On Dharma-tattooed sharks and the metaphorical jumping thereof


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If there’s one thing I learned from that lame “Lost Experience” game that ran over the summer, it was this: don’t let marketing guys create content.

Actually, it was this: however “Lost” does end, it’s going to be a disappointment.

My first reaction after seeing the final wrap-up of the game (youtube is down at the moment, so I can’t link to it) was that it was just unforgivably bad. But after thinking about it, I came to the conclusion that the concept itself wasn’t too terrible, it was just presented in about the worst way possible. If it hadn’t had such terrible, clumsy acting; if the series writers had been in charge of the pacing; and if it weren’t wrapped up in crass marketing disguised as a ridiculously complicated “alternate reality game,” it could actually be a decent resolution to a lot of the mysteries in the show.

After three-plus years of build-up, however they decide to wrap up the big questions of the series is going to feel small and anti-climactic. But once you realize that it’s not the resolutions that are key, it’s how the stories are told, you can really appreciate what a great job they’re doing with the series.

Just in the two weeks leading up to the season premiere, I heard or read about a dozen people in magazines, online, in person, and in the blog comments talking about how season 2 was a huge disappointment. It was meandering and pointless and dropped storylines and never had a pay-off.

Well, I loved season 2 as it was airing, and I re-watched much of it after I got the DVDs, and I think it was outstanding. The season opener was every bit as amazing and intriguing as the series pilot was. The story went off in a whole new direction while still staying true to the central premise — getting into the minds of these characters and finding out what events made them the way they were at the time of the crash.

Over the course of the season, they really, genuinely answered a ton of questions. What’s in the hatch? What happened to the tail-enders? What did Kate do to get arrested? What does the smoke monster do? What happens if you try to leave the island? Is Michael an evil douchebag, or just an annoying one? Who were the people on the boat that took Walt? What caused the plane crash? How did that prop plane crash on the island? Is the island a real place? What happens to the people who get kidnapped by the Others? Is Locke the only one who got “healed” by the island? Are major characters really going to be killed off? What happens if you don’t enter the numbers? They don’t needlessly stretch out the reveals, like “The X-Files” did, but instead give real answers that lead to a bunch more questions.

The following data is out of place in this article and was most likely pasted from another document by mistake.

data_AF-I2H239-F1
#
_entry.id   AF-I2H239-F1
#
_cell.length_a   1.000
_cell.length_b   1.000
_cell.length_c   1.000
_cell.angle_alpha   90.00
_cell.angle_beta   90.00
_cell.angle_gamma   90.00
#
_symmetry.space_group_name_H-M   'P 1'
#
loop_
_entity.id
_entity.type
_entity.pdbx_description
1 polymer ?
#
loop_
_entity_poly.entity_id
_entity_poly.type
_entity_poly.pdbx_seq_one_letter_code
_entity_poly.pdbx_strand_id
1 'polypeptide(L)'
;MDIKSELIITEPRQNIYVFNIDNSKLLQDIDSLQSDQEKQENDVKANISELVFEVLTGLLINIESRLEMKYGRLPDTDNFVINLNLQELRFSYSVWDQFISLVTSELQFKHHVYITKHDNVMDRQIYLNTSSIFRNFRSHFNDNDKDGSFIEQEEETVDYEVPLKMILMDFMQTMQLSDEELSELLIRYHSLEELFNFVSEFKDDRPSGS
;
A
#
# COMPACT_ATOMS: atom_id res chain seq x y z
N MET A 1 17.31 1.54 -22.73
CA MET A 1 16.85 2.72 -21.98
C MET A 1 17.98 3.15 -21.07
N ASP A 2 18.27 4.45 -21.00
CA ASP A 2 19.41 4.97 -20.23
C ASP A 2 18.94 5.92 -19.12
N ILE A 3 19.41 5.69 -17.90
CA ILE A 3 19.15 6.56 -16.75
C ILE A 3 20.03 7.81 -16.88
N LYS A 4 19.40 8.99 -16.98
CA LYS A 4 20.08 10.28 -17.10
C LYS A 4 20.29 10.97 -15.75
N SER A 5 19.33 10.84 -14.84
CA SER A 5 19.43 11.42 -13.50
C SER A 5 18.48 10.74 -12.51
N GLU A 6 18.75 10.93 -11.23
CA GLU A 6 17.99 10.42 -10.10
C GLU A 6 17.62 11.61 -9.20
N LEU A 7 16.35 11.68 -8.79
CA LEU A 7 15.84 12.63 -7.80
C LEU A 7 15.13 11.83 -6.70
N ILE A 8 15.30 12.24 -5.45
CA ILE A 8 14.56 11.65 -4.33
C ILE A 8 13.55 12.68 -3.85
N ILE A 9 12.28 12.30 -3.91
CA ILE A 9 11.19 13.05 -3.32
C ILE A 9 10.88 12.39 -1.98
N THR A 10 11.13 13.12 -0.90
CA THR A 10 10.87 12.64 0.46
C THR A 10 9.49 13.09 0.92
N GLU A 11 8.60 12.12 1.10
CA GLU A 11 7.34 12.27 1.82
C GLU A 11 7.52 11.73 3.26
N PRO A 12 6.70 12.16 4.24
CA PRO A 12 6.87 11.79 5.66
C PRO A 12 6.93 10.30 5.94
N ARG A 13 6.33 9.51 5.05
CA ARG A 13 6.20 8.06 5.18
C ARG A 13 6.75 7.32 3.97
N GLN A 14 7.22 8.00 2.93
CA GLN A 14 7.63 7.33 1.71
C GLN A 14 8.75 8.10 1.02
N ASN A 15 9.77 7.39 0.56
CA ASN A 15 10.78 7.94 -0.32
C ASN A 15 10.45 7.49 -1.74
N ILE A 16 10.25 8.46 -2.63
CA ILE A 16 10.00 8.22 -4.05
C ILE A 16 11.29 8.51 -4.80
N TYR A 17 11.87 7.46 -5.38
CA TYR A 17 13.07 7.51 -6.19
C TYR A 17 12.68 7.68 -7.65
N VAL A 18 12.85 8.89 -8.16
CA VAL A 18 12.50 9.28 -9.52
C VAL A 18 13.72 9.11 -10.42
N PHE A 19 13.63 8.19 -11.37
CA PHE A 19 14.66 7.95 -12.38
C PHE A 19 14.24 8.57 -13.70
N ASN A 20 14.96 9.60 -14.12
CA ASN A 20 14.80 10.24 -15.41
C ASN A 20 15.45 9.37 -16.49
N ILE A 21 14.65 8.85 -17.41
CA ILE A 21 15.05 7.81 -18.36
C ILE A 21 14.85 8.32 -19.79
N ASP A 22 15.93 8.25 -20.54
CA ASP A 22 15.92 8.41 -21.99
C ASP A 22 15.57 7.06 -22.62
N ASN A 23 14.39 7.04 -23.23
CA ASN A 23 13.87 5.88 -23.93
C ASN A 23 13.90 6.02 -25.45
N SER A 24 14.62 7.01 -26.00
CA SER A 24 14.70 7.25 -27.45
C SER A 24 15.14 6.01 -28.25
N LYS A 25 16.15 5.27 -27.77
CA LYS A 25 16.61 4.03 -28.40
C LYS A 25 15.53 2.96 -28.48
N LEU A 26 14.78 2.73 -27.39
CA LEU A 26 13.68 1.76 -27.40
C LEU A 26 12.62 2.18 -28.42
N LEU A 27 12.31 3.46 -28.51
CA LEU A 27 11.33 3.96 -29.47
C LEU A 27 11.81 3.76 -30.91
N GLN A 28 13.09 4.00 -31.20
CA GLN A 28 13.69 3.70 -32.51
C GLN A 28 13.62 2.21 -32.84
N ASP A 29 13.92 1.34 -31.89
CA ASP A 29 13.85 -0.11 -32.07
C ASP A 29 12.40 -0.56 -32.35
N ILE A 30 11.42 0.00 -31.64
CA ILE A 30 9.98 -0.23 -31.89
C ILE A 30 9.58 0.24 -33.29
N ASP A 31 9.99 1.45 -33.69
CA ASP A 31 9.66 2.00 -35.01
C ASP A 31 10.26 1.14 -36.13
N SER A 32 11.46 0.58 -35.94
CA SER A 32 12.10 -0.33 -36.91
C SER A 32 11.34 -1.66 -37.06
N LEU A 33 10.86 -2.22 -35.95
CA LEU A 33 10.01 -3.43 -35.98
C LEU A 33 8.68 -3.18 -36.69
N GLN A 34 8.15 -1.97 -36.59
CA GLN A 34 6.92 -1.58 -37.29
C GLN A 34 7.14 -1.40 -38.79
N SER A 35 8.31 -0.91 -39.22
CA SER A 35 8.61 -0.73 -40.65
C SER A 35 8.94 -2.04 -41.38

The season 3 premiere was tonight and, well, I think it was a huge disappointment. It was meandering and pointless and dropped storylines and never had a pay-off.

Well, maybe not, but it did feel to me like they’d built up a ton of momentum with the season 2 finale and failed to carry it through. The opening didn’t really do anything to surprise me (after two of the best season-openers in the history of television), and the rest of the episode didn’t say anything that we couldn’t have already inferred from the reveals of last year.

I’m sure it’ll pick up, but it’s kind of a let-down to spend months wondering about all the questions raised in the last season finale, only to get an episode where all we learn is that Jack is stubborn and had issues with his father. Where’s Penny and the arctic monitoring station? Or Michael and strange-powered Walt? Or the aftermath of the explosion? Or Sayid’s part-pregnant assault team on the boat? I already know we’re not going to get answers, and I’m fine with that. I just wish they would’ve started out not by telling us stuff we already knew.